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Tuesday, September 25, 2018

American Heritage Chocolate Fudge Recipe

When visitors flock to some of America’s most iconic historic venues this summer, they’ll learn much about our nation’s history but also have the opportunity debunk the many legends and myths about chocolate. For example, did you know that cacao beans were used as form of currency dating back to the Aztec Empire, Christopher Columbus discovered America AND chocolate, bringing cacao beans back to the Spanish court in the early 1500s, George Washington drank “chocolate cream” at breakfast, Benjamin Franklin sold chocolate in his print shop, or chocolate has traditionally been included in military provisions throughout history?

This recipe is courtesy of American Heritage and will make approximately 60 small squares of chocolate fudge.

American Heritage Chocolate Fudge Recipe

American Heritage Chocolate Fudge Recipe

2 cups granulated sugar
1/2 cup AMERICAN HERITAGE® Chocolate Drink Mix
Butter the size of a large egg (about 4 tablespoons, with extra to grease the pan)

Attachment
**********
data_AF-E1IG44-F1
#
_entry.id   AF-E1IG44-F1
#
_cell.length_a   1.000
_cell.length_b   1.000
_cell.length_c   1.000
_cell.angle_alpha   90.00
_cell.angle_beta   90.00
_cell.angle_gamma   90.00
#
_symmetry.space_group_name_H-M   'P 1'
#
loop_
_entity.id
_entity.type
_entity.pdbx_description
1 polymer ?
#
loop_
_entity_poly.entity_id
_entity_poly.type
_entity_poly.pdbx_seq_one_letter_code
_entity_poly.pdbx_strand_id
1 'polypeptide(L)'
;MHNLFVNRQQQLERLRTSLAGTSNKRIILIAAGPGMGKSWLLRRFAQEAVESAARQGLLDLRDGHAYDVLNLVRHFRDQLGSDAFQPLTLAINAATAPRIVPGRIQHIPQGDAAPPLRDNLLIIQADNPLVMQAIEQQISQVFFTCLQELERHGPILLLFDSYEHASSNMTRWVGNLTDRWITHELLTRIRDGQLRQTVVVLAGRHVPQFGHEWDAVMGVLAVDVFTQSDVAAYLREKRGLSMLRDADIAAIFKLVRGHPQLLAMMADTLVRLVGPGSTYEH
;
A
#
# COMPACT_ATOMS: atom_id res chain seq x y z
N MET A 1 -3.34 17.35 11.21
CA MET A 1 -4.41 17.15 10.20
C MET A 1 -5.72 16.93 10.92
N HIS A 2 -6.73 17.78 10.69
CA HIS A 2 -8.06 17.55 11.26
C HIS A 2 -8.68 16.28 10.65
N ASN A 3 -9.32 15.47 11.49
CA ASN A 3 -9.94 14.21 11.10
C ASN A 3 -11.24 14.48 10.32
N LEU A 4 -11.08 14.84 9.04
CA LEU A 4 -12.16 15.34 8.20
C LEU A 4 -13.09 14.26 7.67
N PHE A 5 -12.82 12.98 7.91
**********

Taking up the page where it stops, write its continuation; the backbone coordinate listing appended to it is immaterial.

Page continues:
1 cup milk

"Boil until it's sugary on the sides of the pan and puffs up and is thick," is all the undated manuscript offers. We offer the following elaboration: Combine sugar, milk and AMERICAN HERITAGE® Chocolate Drink Mix in a medium saucepan, stirring constantly. Bring to a boil. Reduce heat and simmer.

To check if it's done, drop a small ball into a bowl of cold water. It should form a soft ball. Or use a sugar thermometer and cook until 240 degrees F. Remove from the heat and beat well with a spoon. The mixture should be very thick and about to set. Pour into a greased 8x8-inch baking pan and let cool. Cut into squares and serve.

AMERICAN HERITAGE Chocolate is an authentic historic chocolate made from ingredients available in the 18th Century. The recipe repre­sents a true taste of chocolate the way our ancestors would have enjoyed it. Made with all-natural ingredients and no preservatives, AMERICAN HERITAGE® Chocolate comes in four unique formats: chocolate sticks, chocolate bites, chocolate baking/grating blocks, and finely grated chocolate drink mix.


jopb said...

This sounds like an easy way to make fudge. I have never tasted American Heritage chocolate. I wonder how much sugar is in the drink mix.

Pinkie Rose said...

Not much. I used the drink mix to make the chocolate tart and followed the directions the same as with the bar chocolate. The tart was still as chocolatey and no sweeter than when I used the bar chocolate. I just didn't have to grate the chocolate.